Picture of Hopper frog game that reads "routines that instill growth mindset ideas"
I love using critical thinking games in my classroom. This is a great way to promote growth mindset ideas all year long!

One of the cornerstones of the growth mindset is using mistakes as a point of growth. This means that mistakes must be expected, encouraged, and used as a point of growth. 

So how is this possible in the classroom? Especially when we are tasked with assigning grades and looking at standardized data to make decisions. 

Some of this can happen in the language we use in the classroom. What happens when a student makes a mistake? Is it celebrated? Sometimes, I say something like, “That’s a great mistake. Let’s look at how we can fix that together.” Especially during the instructional time, students should be able to make a mistake. 

Not only should students be able to make mistakes, but so should the teacher. Teachers should be able to talk about their mistakes in class and explain their thought processes.

Picture of math page and an error analysis correction page with text that reads, "error analysis for test scores"
Grab these test error analysis pages for FREE!

When students do poorly on an exam or test, students can still grow and learn from these experiences. One way to do this is by allowing students to make text corrections with an error analysis lens. Let students fix their mistakes and explain what mistake they made and how to make it right. You can choose if you want to change a student’s grade, give partial credit, or use it as a learning experience. 

A part of growth mindset ideas is to keep trying during a difficult task and embrace challenges. However, I think it is important to note this does not mean that a student should continue working on the same strategy over and over again that clearly isn’t working.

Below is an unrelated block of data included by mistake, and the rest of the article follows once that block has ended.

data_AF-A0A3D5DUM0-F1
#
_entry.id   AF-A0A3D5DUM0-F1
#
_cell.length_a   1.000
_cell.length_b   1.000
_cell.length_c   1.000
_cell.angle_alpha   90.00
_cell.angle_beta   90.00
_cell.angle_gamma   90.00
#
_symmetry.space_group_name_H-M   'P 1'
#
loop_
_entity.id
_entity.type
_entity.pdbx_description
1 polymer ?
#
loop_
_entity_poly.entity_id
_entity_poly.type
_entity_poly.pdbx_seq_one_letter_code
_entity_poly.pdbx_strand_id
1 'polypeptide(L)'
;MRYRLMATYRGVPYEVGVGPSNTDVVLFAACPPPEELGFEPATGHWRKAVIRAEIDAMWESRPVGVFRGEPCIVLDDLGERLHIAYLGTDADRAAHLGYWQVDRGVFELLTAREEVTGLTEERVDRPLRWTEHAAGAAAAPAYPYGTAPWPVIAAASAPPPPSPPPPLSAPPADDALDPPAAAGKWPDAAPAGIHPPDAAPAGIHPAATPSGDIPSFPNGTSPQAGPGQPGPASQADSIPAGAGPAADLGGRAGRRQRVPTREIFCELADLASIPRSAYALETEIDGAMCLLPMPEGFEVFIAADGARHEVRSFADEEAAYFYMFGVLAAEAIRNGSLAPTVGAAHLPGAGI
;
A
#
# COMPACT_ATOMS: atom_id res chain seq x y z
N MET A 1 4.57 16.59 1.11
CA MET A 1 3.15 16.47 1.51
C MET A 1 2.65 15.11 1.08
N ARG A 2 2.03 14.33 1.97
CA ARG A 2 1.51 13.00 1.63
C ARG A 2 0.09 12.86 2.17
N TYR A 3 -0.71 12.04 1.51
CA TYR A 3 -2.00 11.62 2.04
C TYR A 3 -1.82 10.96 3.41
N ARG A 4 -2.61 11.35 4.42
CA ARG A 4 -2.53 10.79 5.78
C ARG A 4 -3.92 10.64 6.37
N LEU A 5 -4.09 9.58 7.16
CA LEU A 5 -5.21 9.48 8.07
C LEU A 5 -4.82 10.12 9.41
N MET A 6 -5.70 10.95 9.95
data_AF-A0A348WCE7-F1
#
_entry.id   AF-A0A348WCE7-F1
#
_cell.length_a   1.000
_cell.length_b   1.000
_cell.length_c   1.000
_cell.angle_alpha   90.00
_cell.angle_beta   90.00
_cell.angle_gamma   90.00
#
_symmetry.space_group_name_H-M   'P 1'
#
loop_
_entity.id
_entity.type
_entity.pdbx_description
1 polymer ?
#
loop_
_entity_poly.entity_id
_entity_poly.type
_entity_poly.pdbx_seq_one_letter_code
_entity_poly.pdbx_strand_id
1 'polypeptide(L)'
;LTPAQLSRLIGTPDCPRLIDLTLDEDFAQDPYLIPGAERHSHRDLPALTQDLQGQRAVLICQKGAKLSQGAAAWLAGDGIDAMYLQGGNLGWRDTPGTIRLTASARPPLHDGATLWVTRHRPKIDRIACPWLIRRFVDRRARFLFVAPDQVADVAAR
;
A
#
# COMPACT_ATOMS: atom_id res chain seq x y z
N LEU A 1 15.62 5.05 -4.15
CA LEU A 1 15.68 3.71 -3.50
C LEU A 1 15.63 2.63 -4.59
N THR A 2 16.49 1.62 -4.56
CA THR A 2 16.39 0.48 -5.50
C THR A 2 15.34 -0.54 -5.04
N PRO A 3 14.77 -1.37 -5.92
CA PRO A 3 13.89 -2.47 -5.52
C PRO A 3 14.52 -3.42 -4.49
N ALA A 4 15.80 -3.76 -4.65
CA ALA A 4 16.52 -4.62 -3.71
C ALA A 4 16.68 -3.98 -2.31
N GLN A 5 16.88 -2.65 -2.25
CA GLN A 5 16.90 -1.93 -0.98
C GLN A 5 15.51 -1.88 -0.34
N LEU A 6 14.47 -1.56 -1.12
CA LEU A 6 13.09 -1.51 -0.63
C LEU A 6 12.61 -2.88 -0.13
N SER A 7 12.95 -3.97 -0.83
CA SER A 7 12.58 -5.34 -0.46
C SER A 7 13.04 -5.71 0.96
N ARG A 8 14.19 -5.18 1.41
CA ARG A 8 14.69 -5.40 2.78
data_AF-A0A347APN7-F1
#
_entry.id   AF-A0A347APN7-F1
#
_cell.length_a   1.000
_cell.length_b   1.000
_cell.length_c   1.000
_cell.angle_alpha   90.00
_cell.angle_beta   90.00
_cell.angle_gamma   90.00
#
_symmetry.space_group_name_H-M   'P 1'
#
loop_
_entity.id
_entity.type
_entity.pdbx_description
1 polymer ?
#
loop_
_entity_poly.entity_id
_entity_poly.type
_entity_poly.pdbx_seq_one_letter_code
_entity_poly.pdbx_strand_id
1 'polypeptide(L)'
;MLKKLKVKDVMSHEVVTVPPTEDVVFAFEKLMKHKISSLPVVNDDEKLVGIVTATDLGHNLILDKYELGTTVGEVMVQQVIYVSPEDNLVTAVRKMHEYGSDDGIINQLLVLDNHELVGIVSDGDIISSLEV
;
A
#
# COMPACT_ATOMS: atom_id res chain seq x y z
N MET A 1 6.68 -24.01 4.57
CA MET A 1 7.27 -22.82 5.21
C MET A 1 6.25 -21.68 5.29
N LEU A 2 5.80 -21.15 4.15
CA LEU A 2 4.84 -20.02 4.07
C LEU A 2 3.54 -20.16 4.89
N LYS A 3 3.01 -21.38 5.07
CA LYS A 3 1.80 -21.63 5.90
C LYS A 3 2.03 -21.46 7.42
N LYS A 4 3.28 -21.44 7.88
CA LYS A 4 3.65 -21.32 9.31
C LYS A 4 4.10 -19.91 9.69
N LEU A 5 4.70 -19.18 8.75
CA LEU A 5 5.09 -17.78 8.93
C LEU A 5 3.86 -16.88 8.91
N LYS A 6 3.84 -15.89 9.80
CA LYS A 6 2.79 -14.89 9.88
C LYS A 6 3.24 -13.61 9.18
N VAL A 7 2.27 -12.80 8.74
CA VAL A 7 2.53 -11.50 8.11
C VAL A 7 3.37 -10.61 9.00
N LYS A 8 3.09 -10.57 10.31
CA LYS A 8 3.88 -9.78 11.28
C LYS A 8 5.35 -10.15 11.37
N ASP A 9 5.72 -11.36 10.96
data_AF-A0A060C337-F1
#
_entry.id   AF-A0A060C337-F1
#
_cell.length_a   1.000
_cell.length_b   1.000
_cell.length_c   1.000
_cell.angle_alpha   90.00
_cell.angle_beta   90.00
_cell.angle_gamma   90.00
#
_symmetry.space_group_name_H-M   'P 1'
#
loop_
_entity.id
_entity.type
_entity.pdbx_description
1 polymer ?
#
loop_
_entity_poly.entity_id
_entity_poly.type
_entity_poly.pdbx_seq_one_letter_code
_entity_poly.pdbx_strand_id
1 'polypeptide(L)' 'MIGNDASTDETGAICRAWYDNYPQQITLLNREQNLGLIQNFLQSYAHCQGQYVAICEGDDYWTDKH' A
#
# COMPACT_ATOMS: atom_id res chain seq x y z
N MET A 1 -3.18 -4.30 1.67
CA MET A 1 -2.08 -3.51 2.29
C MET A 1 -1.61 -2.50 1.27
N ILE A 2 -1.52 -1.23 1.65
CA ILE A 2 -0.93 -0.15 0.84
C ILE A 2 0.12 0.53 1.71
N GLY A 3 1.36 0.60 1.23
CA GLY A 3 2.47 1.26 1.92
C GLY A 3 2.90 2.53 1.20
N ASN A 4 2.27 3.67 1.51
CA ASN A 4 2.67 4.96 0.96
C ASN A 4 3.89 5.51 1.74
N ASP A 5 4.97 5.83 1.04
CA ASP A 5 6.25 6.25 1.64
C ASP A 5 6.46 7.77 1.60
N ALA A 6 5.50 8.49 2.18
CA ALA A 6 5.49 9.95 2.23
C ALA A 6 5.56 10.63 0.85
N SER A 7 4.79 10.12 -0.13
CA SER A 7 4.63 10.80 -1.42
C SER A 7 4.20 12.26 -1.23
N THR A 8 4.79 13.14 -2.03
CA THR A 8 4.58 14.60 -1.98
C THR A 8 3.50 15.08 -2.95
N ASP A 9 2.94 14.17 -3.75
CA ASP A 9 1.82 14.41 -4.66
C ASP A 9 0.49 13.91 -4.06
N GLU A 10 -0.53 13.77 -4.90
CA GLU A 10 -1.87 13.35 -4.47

Not only does effort play a role in the growth mindset, but so does asking for help and looking for other learning methods. As a teacher, it is our job to help students discover different tools and try different learning methods. 

For example, suppose a student is having difficulty memorizing multiplication facts. In that case, we don’t want to continue using the same method over and over again as part of the “effort” of the growth mindset to achieve growth. Instead, we must teach students and help guide them using alternative methods. For example, if initial students are using an online platform to learn facts try switching it up to flashcards, look at patterns with each factor set, or find multiplication fact games.

Picture of clipboard with lightbulb and text that says, "plan with data and growth mindset ideas"
Use data to see areas that students need to practice. However, don’t fall into the trap that the growth mindset means to continue trying something “harder.” Instead, use the data to find another route or strategy to help students continue learning and growing.

Look at the student data that you have (both testing data and observational data) and have conversations with students about difficult areas. What other ways can they work to learn the material? What support exists to help them improve with a difficult concept or subject area? 

A Growth Mindset In Students Creates A Positive Classroom Climate

When students are ready to embrace challenges, work together, and grow their brains, a positive classroom climate is born. 

Wishing you and your students lots of growth (mindset) this year! 

Signature that says, "Love, Julie from Llama with Class"